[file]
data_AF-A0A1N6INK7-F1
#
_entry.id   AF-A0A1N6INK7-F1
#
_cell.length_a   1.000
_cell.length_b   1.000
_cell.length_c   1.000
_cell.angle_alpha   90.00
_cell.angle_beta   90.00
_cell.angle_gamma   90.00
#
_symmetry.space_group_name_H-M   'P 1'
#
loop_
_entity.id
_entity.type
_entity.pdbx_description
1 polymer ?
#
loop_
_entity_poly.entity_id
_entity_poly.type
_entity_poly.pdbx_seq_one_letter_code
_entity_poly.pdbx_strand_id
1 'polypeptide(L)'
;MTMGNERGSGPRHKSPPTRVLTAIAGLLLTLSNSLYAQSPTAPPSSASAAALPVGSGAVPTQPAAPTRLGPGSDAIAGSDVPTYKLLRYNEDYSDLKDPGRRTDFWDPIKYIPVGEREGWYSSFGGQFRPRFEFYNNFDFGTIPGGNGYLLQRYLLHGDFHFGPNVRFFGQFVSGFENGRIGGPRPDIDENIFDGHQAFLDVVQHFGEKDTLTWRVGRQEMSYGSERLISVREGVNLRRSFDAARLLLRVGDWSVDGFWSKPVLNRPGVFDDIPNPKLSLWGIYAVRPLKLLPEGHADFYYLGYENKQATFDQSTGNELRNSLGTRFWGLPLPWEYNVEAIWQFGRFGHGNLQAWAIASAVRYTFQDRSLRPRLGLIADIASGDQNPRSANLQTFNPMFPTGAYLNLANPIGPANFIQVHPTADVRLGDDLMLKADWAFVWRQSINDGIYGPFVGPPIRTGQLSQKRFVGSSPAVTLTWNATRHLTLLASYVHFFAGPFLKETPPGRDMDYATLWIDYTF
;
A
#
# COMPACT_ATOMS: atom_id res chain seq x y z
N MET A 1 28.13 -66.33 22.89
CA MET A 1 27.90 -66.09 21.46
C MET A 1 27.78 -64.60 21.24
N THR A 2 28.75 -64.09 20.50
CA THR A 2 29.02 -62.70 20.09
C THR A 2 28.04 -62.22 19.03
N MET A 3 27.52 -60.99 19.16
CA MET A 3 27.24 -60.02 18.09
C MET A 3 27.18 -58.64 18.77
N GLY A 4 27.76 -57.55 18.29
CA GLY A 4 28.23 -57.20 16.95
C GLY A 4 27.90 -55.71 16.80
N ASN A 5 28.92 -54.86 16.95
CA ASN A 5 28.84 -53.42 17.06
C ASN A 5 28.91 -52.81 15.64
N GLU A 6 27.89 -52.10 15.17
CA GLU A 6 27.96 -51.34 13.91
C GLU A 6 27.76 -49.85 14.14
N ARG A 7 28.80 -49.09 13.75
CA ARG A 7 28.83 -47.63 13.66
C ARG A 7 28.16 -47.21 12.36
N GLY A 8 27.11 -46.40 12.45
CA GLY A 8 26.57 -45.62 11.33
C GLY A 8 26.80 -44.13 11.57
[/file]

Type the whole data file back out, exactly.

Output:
data_AF-A0A1N6INK7-F1
#
_entry.id   AF-A0A1N6INK7-F1
#
_cell.length_a   1.000
_cell.length_b   1.000
_cell.length_c   1.000
_cell.angle_alpha   90.00
_cell.angle_beta   90.00
_cell.angle_gamma   90.00
#
_symmetry.space_group_name_H-M   'P 1'
#
loop_
_entity.id
_entity.type
_entity.pdbx_description
1 polymer ?
#
loop_
_entity_poly.entity_id
_entity_poly.type
_entity_poly.pdbx_seq_one_letter_code
_entity_poly.pdbx_strand_id
1 'polypeptide(L)'
;MTMGNERGSGPRHKSPPTRVLTAIAGLLLTLSNSLYAQSPTAPPSSASAAALPVGSGAVPTQPAAPTRLGPGSDAIAGSDVPTYKLLRYNEDYSDLKDPGRRTDFWDPIKYIPVGEREGWYSSFGGQFRPRFEFYNNFDFGTIPGGNGYLLQRYLLHGDFHFGPNVRFFGQFVSGFENGRIGGPRPDIDENIFDGHQAFLDVVQHFGEKDTLTWRVGRQEMSYGSERLISVREGVNLRRSFDAARLLLRVGDWSVDGFWSKPVLNRPGVFDDIPNPKLSLWGIYAVRPLKLLPEGHADFYYLGYENKQATFDQSTGNELRNSLGTRFWGLPLPWEYNVEAIWQFGRFGHGNLQAWAIASAVRYTFQDRSLRPRLGLIADIASGDQNPRSANLQTFNPMFPTGAYLNLANPIGPANFIQVHPTADVRLGDDLMLKADWAFVWRQSINDGIYGPFVGPPIRTGQLSQKRFVGSSPAVTLTWNATRHLTLLASYVHFFAGPFLKETPPGRDMDYATLWIDYTF
;
A
#
# COMPACT_ATOMS: atom_id res chain seq x y z
N MET A 1 28.13 -66.33 22.89
CA MET A 1 27.90 -66.09 21.46
C MET A 1 27.78 -64.60 21.24
N THR A 2 28.75 -64.09 20.50
CA THR A 2 29.02 -62.70 20.09
C THR A 2 28.04 -62.22 19.03
N MET A 3 27.52 -60.99 19.16
CA MET A 3 27.24 -60.02 18.09
C MET A 3 27.18 -58.64 18.77
N GLY A 4 27.76 -57.55 18.29
CA GLY A 4 28.23 -57.20 16.95
C GLY A 4 27.90 -55.71 16.80
N ASN A 5 28.92 -54.86 16.95
CA ASN A 5 28.84 -53.42 17.06
C ASN A 5 28.91 -52.81 15.64
N GLU A 6 27.89 -52.10 15.17
CA GLU A 6 27.96 -51.34 13.91
C GLU A 6 27.76 -49.85 14.14
N ARG A 7 28.80 -49.09 13.75
CA ARG A 7 28.83 -47.63 13.66
C ARG A 7 28.16 -47.21 12.36
N GLY A 8 27.11 -46.40 12.45
CA GLY A 8 26.57 -45.62 11.33
C GLY A 8 26.80 -44.13 11.57